Our customers noticed immediately. With our website, Facebook and, of course, the fleet, we've had a lot of exposure. A lot of companies wrap their fleets now to get noticed and take advantage of what that mobile billboard can accomplish.
11. What aspects did you want to incorporate?
Good old fashioned service, because I don't think a lot of companies concentrate enough on serving and servicing the customer. I wanted something that looked a little retro too, to get the point across, "Let our family take care of your family."
12. What do you estimate the cost was to rebrand?
The process took more than a year and we didn't track hundreds of the intangible hours such as time spent in meetings to discuss and develop the final design and to educate the staff. The hard assets are easier to track — wrapping a vehicle is $1,500 to $2,000.
13. Did the staff enjoy their involvement in the process?
Everyone had a seat at the table and voted on what they liked and didn't like. In the end, more input was better for us and gave us the best result. We were able to show them how we were reinvesting profits back in the company.
14. How big is your service area?
We cover three counties. It's roughly an hour in any direction, but if a customer really wants us, we'll travel 90 minutes more than that — the travel time isn't fair to the customer. If the customer allows us to leave a sign in their yard, each month we have a drawing and they can win $100.00. I think we have more than 1,000 out there right now. You should see the faces when we deliver the check!
15. Why do you support NATE certification?
New Jersey wasn't licensed when North American Technician Excellence (NATE) launched. Having some type of certification that said the technician we're sending out knows what he's doing was important to me. Training and education is really important.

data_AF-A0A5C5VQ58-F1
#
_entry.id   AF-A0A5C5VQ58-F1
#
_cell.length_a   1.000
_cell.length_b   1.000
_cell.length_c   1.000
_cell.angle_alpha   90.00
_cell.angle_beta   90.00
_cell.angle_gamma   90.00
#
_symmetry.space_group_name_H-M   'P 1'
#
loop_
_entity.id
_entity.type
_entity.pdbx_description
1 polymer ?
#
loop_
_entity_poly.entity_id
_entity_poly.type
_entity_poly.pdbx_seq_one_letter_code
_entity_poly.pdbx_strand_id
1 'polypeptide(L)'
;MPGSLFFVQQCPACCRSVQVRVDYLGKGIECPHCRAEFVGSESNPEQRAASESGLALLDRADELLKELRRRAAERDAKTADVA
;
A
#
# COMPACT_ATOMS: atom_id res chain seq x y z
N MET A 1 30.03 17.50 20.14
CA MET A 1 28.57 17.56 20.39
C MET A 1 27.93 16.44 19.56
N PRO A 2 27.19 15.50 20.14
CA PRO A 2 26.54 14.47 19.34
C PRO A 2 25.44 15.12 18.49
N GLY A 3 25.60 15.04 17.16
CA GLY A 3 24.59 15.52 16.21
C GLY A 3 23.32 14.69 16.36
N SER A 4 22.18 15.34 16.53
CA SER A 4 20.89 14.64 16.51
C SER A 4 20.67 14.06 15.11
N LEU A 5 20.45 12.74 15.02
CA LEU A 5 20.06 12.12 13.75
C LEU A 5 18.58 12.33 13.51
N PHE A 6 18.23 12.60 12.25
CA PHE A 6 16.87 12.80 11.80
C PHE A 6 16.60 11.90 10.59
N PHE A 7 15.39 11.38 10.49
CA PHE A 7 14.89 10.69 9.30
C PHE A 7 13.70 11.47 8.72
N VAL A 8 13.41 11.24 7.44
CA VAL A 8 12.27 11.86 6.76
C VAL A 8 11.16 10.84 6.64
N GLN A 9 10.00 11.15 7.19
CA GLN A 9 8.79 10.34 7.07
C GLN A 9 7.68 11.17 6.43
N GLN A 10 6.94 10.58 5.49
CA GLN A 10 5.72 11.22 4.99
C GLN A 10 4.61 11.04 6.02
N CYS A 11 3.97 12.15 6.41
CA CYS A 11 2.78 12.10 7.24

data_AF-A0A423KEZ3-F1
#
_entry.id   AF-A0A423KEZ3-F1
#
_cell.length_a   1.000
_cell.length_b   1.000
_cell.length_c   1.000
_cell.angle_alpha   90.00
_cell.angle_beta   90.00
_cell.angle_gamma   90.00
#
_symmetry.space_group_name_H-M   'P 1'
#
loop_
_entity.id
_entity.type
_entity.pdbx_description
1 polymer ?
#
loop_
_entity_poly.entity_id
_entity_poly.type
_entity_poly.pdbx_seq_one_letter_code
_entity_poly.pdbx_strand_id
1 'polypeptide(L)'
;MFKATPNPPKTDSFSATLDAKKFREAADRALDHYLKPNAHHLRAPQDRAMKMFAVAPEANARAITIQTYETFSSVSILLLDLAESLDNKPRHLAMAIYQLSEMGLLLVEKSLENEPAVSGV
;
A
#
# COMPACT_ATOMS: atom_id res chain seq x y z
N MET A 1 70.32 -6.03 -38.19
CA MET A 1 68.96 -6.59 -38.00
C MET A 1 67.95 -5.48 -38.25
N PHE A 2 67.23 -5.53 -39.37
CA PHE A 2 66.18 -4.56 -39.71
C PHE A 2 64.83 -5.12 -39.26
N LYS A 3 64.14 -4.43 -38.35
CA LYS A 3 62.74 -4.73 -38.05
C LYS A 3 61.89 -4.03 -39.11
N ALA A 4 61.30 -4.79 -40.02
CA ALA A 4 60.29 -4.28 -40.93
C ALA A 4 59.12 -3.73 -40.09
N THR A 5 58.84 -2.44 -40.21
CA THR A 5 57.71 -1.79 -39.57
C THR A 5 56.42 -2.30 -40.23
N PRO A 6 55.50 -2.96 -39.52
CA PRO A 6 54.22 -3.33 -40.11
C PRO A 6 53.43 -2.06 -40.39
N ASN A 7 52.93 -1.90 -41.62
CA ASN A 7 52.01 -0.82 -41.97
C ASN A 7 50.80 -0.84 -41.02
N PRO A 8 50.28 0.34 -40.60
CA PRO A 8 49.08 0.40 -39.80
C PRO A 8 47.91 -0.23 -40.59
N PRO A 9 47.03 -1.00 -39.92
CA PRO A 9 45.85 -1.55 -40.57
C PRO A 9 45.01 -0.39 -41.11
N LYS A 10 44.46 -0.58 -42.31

16. Who conducts the training courses?
We do a lot of training through Ferguson and ABCO Refrigeration. Overall, I think they've really decided to take an interest in helping owners run a business. They want to help you be successful, because the more successful you are, the more they're going to be.
17. Are your technicians supportive?
Yes. Our policy with continuing education is, I pay for it if it's after hours. If it's during the day, you get paid for it. We stress to the guys that technology is constantly changing, and even if it's redundant, you're always going to pick up something you didn't remember or something that makes you say, "Oh yeah, I remember that, but I didn't do it."
18. Have you found the training you offer helps with recruiting of service technicians?
Yes. My operations manager, Steve, and I both attend the training classes too — we're regulars. Two technicians approached us at class and said their old bosses never went to training. Hearing our commercials, seeing our trucks and uniformed employees appealed to them and that's how we were able to bring them in.
19. Do you have a company philosophy?
Do the right thing, because you've got to be able to sleep at night. Doing a good job, do what you should be doing, and treating the customer like they're your friends.
20. How do you keep employees engaged?
Communication is number one. But if you're talking about tangibles, Jennifer has developed some great rewards. We take all the families out each spring on the River Lady (a boat) for a thank you. We also send flower to the technicians' wives at Christmas, thanking them for the time their spouses have spent away from home.